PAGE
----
- Published: Tuesday, 03 July 2018 13:55
The first Groom Elite program in Maryland June 25-29 proved a success, as it helped fill six hot walker positions and one groom position.
About 20 people participated in the weeklong Basic Grooming 99 program, which is designed to introduce people to the basics of working with racehorses. The program instructor was Dr. Reid McLellan, who formed the program almost 20 years ago, with assistance from former Maryland-based trainer Chris Grove.
McClellan made all the students feel at home when the program began. After a brief introductory period, he went one by one and called each by name. “I think it’s important that I know your name,” McLellan said.
The students spent roughly four hours a day together, so familiarity was important. Bobby Lillis, a former jockey who serves as MTHA Director of Assistance Programs, said he was impressed with the proceedings.
“Absolutely nothing was left out,” Lillis said. “Everyone who participated was very interested and very engaged. A lot of questioned were asked, and they were answered. I thought it was pretty elaborate.”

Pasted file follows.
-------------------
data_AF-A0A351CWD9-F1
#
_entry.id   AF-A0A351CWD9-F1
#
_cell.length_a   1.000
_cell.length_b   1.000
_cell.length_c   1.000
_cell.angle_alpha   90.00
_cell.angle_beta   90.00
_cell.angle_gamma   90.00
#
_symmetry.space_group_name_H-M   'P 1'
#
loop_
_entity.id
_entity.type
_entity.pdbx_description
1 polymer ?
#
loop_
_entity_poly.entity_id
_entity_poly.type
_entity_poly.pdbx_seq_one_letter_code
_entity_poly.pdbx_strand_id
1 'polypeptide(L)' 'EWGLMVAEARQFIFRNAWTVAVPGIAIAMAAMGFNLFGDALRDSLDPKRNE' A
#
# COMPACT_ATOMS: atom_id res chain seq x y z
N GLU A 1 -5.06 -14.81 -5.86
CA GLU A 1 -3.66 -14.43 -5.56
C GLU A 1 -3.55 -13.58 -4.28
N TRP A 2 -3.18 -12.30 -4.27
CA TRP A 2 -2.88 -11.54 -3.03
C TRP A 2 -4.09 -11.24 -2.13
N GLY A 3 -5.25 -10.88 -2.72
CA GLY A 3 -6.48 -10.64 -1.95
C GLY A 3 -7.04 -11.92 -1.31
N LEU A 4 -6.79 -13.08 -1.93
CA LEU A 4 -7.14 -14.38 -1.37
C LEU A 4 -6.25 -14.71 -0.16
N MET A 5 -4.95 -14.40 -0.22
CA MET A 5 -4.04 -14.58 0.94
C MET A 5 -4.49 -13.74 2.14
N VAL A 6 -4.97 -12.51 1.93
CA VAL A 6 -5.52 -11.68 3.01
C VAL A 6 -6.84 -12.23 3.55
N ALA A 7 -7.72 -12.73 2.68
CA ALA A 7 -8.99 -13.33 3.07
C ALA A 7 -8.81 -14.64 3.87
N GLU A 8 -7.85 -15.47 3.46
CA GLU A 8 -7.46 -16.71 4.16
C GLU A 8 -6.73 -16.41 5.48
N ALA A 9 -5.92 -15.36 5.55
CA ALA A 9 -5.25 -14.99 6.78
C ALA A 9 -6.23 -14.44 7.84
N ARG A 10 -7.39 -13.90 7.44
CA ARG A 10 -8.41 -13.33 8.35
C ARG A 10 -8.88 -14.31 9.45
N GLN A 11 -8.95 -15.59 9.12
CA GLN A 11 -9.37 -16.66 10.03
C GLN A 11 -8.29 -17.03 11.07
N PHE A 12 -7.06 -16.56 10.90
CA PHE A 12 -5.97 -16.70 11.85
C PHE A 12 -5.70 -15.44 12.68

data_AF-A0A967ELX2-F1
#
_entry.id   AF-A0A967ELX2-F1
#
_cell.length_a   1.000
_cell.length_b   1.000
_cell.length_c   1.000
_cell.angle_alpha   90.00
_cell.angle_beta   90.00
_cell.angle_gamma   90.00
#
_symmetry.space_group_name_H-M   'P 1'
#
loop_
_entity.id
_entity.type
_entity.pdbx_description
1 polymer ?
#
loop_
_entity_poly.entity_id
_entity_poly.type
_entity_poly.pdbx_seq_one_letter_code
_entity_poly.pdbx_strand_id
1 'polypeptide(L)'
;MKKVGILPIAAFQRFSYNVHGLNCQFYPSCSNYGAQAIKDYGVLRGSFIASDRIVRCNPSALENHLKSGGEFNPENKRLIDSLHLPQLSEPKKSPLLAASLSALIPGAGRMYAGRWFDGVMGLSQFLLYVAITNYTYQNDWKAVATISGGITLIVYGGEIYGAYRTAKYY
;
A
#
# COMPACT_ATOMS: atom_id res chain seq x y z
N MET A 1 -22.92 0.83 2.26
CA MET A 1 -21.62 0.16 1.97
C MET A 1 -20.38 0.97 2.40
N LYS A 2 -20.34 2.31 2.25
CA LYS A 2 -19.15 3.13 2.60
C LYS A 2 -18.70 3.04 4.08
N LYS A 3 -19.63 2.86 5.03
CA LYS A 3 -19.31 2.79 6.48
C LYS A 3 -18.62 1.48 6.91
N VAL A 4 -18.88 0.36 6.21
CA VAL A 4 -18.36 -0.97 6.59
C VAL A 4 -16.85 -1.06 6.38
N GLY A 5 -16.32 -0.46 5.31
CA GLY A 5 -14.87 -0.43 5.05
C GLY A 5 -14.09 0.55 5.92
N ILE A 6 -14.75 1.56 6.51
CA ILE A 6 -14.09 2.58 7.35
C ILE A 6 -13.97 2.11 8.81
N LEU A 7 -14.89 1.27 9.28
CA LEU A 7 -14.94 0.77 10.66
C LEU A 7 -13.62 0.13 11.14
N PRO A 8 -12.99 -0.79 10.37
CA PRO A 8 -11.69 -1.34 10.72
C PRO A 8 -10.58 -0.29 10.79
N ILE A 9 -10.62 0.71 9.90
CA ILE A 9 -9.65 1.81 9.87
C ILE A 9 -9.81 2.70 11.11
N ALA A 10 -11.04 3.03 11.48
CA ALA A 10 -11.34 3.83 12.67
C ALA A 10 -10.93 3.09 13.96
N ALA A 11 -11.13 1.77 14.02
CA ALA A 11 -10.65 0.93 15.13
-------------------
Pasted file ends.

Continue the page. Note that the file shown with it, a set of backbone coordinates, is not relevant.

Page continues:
Lillis said three days featured quite of bit of hands-on experience with the horses—10 horses that handle ponying at Laurel. Lillis said Doug Leatherman and Sharon Greenberg were very helpful in providing the ponies for the program; Lillis, McLellan and Grove taught the students how to handle the horses.
Groom Elite’s debut in Maryland is part of the MTHA’s effort to cultivate people who want to work with racehorses. The horsemen’s group, along with many others around the country, continue to lobby for visa changes at the federal level, but there also are opportunities to appeal to locals with a general interest in horses.
A second program, the more advanced Groom Elite 101, is scheduled to begin Sept. 11 at Laurel.
McLellan explained the rules of racing to students as well as rules of conduct and “shedrow etiquette” to drive home the basic points required to work around racehorses.
“If you follow the rules, everything is good,” he said. “Grooms are very important. You’re the ones taking care of the horses that make up this industry, and we have to do what’s right by the horses. By you taking care of these horses you are important to our industry.
“For trainers, you are their eyes, ears and nose. For the horses, you are their confidence-builder.”